Chairwoman Eugenia Charles-Newton spoke on behalf of the chapters and said they should get consideration for funding because they are the local voices that elected public servants into office. “We’re asking that you make chapter funding a priority. That’s where the local grassroots people are and they’re the ones who know what their communities need,” she said, noting that funding the proposals submitted by the tribal president’s office would only take away from the people at the local level. 

Chairwoman Charles-Newton said cross-commissioning is another important area that needs the support of the governor. “A lot of our cross-commissioning agreements need to be renewed. Sitting down at the table with the sheriffs has been challenging.” Governor Lujan Grisham said she will work to ensure the cross-commissioning agreements are done. Chairwoman Charles-Newton also advocated for the Shiprock Judicial Complex, thanking Governor Lujan Grisham for the $3.5 million provided by the state last year. “I’m hoping that you’ll match that amount again this year. We’re at $66 million right now for that project and we’re still working toward completing it,” she said.  

Council Delegate Amber Crotty advocated on behalf of Navajo elders. She noted that multipurpose centers wouldn’t work at all locations and that elders in her chapters had basic needs such as food, water, and hygiene. “We need to return the humanity back to our elders. They are our foundation and sometimes, they feel neglected. There’s an uptick in violence upon elders. How can they be protected?” she asked. Delegate Crotty also spoke about human trafficking and the need to prevent exploitation of Navajo men and women. “We need to keep the politics out of it. Half of the Navajos missing are from urban areas,” she said.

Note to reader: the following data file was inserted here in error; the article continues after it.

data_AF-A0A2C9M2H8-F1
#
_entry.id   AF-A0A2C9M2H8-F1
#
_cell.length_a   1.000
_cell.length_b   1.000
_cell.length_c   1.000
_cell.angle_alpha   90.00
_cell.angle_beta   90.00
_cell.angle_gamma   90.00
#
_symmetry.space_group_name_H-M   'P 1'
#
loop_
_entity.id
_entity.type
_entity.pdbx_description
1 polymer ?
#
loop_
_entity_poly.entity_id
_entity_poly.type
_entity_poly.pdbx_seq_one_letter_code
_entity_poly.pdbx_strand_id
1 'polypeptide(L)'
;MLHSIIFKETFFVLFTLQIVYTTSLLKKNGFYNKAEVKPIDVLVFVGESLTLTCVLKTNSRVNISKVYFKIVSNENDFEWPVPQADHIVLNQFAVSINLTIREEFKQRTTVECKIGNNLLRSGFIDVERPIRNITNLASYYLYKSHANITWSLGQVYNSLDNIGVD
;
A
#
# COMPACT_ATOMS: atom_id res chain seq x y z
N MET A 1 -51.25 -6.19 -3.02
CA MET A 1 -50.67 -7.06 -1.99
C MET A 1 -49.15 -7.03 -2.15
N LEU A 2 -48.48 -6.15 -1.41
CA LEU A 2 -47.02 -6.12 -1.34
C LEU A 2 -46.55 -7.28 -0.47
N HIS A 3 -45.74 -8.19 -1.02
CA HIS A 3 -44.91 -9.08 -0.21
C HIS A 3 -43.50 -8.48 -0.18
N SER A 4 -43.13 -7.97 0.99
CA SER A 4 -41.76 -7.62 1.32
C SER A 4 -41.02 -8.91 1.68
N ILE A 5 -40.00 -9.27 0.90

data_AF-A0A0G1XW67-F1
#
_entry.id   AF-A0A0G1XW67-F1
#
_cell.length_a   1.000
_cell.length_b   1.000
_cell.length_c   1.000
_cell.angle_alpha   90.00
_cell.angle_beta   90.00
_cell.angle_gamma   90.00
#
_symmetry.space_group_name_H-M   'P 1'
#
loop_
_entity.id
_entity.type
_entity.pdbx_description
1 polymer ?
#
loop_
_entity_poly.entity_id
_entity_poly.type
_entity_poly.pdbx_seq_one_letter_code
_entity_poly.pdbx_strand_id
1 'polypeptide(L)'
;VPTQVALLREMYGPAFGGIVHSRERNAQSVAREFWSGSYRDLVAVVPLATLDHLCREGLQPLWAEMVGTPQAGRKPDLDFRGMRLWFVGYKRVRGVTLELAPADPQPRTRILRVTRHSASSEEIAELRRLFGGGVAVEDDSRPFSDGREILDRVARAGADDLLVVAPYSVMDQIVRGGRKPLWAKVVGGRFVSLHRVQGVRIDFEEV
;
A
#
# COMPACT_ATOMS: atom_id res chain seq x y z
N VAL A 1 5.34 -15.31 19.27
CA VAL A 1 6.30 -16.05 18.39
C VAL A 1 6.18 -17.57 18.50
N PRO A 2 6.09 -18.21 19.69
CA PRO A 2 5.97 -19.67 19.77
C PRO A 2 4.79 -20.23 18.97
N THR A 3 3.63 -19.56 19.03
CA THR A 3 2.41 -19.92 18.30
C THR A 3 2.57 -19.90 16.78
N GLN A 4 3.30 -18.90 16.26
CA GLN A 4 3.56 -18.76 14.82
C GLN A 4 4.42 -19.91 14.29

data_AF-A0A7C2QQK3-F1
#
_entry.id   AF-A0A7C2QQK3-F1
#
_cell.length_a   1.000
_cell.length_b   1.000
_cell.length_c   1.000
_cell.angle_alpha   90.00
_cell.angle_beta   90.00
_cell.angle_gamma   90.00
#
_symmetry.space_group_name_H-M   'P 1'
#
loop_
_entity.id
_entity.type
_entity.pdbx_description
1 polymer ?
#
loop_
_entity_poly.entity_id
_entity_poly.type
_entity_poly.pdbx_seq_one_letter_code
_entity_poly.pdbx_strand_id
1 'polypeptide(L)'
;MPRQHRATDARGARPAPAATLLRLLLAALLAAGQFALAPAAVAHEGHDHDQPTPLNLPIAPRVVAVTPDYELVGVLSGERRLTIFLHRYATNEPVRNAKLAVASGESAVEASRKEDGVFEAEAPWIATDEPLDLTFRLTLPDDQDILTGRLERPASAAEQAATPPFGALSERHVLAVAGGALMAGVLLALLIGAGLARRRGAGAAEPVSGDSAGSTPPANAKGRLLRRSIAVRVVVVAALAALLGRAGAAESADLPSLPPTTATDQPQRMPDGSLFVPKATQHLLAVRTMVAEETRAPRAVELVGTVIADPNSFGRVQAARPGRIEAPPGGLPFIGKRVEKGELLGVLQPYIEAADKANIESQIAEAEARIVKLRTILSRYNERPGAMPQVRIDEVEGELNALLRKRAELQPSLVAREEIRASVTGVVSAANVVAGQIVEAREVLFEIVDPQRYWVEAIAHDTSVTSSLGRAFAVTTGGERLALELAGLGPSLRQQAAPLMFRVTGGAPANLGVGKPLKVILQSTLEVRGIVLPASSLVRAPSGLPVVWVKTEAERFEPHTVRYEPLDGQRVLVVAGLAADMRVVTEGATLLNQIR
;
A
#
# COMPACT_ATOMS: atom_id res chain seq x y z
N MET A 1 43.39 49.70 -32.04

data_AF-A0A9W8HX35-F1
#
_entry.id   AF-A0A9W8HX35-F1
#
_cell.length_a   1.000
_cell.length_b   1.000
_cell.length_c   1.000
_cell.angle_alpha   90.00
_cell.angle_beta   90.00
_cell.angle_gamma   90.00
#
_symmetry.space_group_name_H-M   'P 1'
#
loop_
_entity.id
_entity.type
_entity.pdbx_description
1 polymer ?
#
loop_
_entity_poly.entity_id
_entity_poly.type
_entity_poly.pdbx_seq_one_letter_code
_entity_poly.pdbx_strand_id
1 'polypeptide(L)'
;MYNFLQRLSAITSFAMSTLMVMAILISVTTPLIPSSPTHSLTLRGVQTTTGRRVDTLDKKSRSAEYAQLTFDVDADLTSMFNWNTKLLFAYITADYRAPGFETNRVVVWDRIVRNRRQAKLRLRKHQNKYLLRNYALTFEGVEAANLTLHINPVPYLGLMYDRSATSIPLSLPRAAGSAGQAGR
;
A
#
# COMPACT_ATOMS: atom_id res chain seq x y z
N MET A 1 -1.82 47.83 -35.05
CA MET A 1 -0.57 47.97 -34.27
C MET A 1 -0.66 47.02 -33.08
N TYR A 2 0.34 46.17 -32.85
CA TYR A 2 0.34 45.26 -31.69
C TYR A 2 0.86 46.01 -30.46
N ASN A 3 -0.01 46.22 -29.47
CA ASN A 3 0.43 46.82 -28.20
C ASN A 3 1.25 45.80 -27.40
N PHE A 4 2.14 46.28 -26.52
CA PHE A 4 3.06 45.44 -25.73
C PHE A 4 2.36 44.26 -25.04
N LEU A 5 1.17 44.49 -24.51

Council Delegate Charlaine Tso agreed and said she is working with her chapters on this issue. She noted that the human trafficking is often also linked to drug trafficking as well. “We get reports of aircraft landing at certain times of the day. We need to get drugs off of our land,” she said. The governor said the state will continue to work with the tribes to address the missing and murdered Indigenous men and women.  

Chairman Daniel Tso spoke about the need for Impact Aid funding for schools in New Mexico that serve Navajo students. “Education has the ability to move people out of poverty,” he said, adding that the Yazzie v. Martinez case must be kept separate from Impact Aid. “Don’t let the settlement funds be used as Impact Aid,” he said.  

Council Delegate Raymond Smith Jr. spoke about the need to support Navajo veterans. “I’m thankful for the New Mexico setting up veteran service officers across the state. A lot of veterans don’t even know that they have benefits,” he said. The Veterans' Service Officers need to travel to rural areas to provide services, he said, adding that Navajos have the most active duty military personnel currently serving per capita when compared to other tribes in the state.  

Governor Lujan Grisham said she will continue working with Navajo leadership on the priorities shared by the State Task Force. The 24th Navajo Nation Council will continue to advocate for projects benefiting chapters and the grassroots people in need of service. Council Delegate Pernell Halona presented the governor with a turquoise horned toad pin in appreciation for her support of the Tohatchi Fire Station. “My Cheii,” she said beaming with appreciation.

Pictured: New Mexico Governor Lujan Grisham said she has met with all of the Senate and House committee chairs, who told her: “This is the strongest cabinet in the history of the state of New Mexico.”

Pictured: New Mexico Governor Lujan Grisham said she has met with all of the Senate and House committee chairs, who told her: “This is the strongest cabinet in the history of the state of New Mexico.”